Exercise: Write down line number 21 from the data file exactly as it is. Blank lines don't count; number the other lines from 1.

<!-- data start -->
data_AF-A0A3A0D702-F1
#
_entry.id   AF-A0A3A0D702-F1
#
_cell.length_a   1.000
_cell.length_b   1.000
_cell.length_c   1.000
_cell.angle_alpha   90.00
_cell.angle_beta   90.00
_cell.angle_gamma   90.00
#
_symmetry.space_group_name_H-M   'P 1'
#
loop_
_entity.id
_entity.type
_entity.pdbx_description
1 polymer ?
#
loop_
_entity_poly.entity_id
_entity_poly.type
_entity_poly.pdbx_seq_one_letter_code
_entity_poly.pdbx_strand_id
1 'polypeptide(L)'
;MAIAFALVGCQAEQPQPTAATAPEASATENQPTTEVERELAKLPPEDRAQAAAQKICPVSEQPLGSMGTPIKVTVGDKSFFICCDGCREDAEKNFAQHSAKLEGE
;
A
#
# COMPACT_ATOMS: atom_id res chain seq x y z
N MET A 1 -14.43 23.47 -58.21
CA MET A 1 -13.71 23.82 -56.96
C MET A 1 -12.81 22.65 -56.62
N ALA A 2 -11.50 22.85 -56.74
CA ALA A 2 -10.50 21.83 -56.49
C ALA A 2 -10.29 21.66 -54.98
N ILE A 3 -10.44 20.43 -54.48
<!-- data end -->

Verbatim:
_entity_poly.entity_id